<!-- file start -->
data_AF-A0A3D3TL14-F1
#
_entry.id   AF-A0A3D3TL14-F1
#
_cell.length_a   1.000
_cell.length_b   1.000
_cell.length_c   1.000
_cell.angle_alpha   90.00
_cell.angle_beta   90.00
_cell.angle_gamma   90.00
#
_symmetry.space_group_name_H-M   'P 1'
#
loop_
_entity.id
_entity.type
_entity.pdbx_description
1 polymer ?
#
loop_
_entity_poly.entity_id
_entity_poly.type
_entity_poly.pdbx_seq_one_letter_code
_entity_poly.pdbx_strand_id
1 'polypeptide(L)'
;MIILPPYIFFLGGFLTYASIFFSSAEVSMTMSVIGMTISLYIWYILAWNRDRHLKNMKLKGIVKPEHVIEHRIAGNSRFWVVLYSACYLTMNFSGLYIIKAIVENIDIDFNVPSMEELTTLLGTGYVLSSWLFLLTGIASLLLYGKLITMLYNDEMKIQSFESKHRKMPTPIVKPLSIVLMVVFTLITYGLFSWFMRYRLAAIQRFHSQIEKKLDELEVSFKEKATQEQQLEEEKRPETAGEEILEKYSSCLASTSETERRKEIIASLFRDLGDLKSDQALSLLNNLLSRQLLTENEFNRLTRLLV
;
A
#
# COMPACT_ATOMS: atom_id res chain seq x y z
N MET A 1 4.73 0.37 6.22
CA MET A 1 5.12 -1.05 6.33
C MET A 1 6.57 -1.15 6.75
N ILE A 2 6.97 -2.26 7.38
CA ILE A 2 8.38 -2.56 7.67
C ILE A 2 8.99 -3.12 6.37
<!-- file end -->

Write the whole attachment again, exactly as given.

data_AF-A0A3D3TL14-F1
#
_entry.id   AF-A0A3D3TL14-F1
#
_cell.length_a   1.000
_cell.length_b   1.000
_cell.length_c   1.000
_cell.angle_alpha   90.00
_cell.angle_beta   90.00
_cell.angle_gamma   90.00
#
_symmetry.space_group_name_H-M   'P 1'
#
loop_
_entity.id
_entity.type
_entity.pdbx_description
1 polymer ?
#
loop_
_entity_poly.entity_id
_entity_poly.type
_entity_poly.pdbx_seq_one_letter_code
_entity_poly.pdbx_strand_id
1 'polypeptide(L)'
;MIILPPYIFFLGGFLTYASIFFSSAEVSMTMSVIGMTISLYIWYILAWNRDRHLKNMKLKGIVKPEHVIEHRIAGNSRFWVVLYSACYLTMNFSGLYIIKAIVENIDIDFNVPSMEELTTLLGTGYVLSSWLFLLTGIASLLLYGKLITMLYNDEMKIQSFESKHRKMPTPIVKPLSIVLMVVFTLITYGLFSWFMRYRLAAIQRFHSQIEKKLDELEVSFKEKATQEQQLEEEKRPETAGEEILEKYSSCLASTSETERRKEIIASLFRDLGDLKSDQALSLLNNLLSRQLLTENEFNRLTRLLV
;
A
#
# COMPACT_ATOMS: atom_id res chain seq x y z
N MET A 1 4.73 0.37 6.22
CA MET A 1 5.12 -1.05 6.33
C MET A 1 6.57 -1.15 6.75
N ILE A 2 6.97 -2.26 7.38
CA ILE A 2 8.38 -2.56 7.67
C ILE A 2 8.99 -3.12 6.37